Anyone who values the love in preparing a dish from absolute scratch will most likely agree that nothing will ever compare using a homemade stock from the commercial stuff you buy in any supermarket. There is something “homemaker-ish” (yes I know that’s not a real word but I’m coining it!) about making a dish completely from the bare-bones-beginning and also a distinct satisfaction in being a thrifty cook as well! “Bones don’t go in the bin… they go in the fridge and then tomorrow we boil them up”!
Using your own homemade stock will completely elevate the flavour model of a dish from standard to gourmet. There really is zero comparison.
Now don’t get me wrong; I am not a complete Julia Child (oh holy Julia). I do cheat and use the generic stuff 70% of the time as it is more convenient and sometimes, I just simply don’t have any leftovers to prepare the stock. But when I do have these bones sitting and looking all morbid in my fridge, I rarely throw them out so I make a stock and then freeze it for future use.
Now about this recipe; one evening I was treating myself to a meal of Dublin Bay prawns from http://cavistons.com. On this occasion, I could not just get the prawn tails they frequently supply so I had to buy about 20 of the full prawns… head, claws and all. The price of this was over double what I normally pay as the weight of this yummy crustacean’s head and claws consequently pushed the price up.
Well, I got home, twisted the heads off (a very gooey sight to behold) removed the claws and the tail shell, extracted the meat and blanched them in salted water. It was a delicious meal but I couldn’t help looking at all the ravaged raw heads and shells that were sitting in the sink and realising the expense of this meal was actually about to go in the bin.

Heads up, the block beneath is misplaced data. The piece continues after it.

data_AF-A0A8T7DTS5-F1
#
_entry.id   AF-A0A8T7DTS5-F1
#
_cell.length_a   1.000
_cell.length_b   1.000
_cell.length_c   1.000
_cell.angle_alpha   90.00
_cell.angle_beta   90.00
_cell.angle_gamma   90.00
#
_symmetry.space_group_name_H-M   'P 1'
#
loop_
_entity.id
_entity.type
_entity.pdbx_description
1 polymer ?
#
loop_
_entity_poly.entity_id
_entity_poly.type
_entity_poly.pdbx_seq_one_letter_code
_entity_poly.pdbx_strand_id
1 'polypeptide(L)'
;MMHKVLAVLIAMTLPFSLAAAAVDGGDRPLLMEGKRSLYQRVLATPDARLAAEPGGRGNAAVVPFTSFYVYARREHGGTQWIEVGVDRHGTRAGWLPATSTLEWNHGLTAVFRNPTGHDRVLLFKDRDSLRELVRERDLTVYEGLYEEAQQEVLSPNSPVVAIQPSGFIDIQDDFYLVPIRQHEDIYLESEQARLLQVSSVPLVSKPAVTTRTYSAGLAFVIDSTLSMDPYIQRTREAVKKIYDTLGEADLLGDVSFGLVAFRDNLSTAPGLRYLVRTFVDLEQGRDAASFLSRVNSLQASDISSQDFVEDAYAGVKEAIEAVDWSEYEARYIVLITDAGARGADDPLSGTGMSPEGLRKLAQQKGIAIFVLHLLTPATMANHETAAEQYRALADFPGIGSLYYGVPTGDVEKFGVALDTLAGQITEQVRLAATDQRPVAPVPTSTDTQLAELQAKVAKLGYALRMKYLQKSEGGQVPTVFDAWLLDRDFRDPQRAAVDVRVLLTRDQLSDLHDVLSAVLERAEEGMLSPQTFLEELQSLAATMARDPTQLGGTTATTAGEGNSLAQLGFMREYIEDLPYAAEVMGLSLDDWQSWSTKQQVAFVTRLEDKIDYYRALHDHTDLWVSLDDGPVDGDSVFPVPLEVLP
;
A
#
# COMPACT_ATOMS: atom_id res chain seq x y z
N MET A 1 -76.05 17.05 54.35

So I decided to make stock from it.
I have to say preparing this was not the most visually appealing experience (advance apologies) but the smell is amazing and when I did use the stock to prepare a mussel soup meal, I was astounded. It was absolutely delicious and definitely elevated the meal to a very lavish one! (I’ll pop the recipe up for this mussel soup later)..!
Prep and cooking time:
Price: €9 not including the prawn carcasses
Music I listened to:
Watched an ‘Ice Age’ movie instead!! Always cracks me up.
Wine I drank: Actually had a Gin & Tonic with Bombay Sapphire Gin.
Serves: Makes about 1.5 litres or 1 litre for a concentrated flavour.
- 1 medium leek, chopped
- 1 medium onion, chopped
- 1 celery stick, chopped
- ½ bulb fennel, chopped
- 2 cloves garlic, unpeeled
- 100ml olive oil (not extra-virgin)
- Roughly 1.5kg white fish bones and head or shellfish carcasses and heads
- 1 bay leaf
- 300ml dry white wine
- 2 springs of fresh thyme
- 4 springs of fresh parsley
- ½ lemon, sliced
- ½ tsp white peppercorns
Put the leek, onion, celery, fennel and garlic into a stockpot or large saucepan. Add the oil and heat until the veggies start to sizzle. Gently sweat these under a low heat, covered for about 15 minutes, until softened.
Stir in the fish bones and head or prawn carcasses and heads. (Now this may start to resemble a major, prominent cast member of the movie Alien, Aliens, Alien 3 etc)… Add the wine and cook until almost all the liquid has evaporated. Pour in 2 litres of cold water and add the herbs, lemon and peppercorns. Bring to the boil, skimming off the scum off the surface with a wide spoon.
Reduce the heat and simmer, uncovered for 20 minutes, no longer. Remove from the heat and leave to settle for about 10 minutes. For a more concentrated flavour (which I prefer especially for soups and sauces), you can boil the stock down to 1 litre.
Using a coliander or large sieve, strain the liquid through it, removing the larger bones with a draining spoon first. If you are not using it straight away, cool, then chill and use it within 3 days or freeze it in 500ml batches and use within 1 month.
There you go!
* This recipe is loosely based on a Gordon Ramsey fish stock recipe from his booked entitled “Passion for Seafood”. I changed it by using more parsley, a bay leaf and the luxurious prawn carcasses and heads instead of just white fish bones.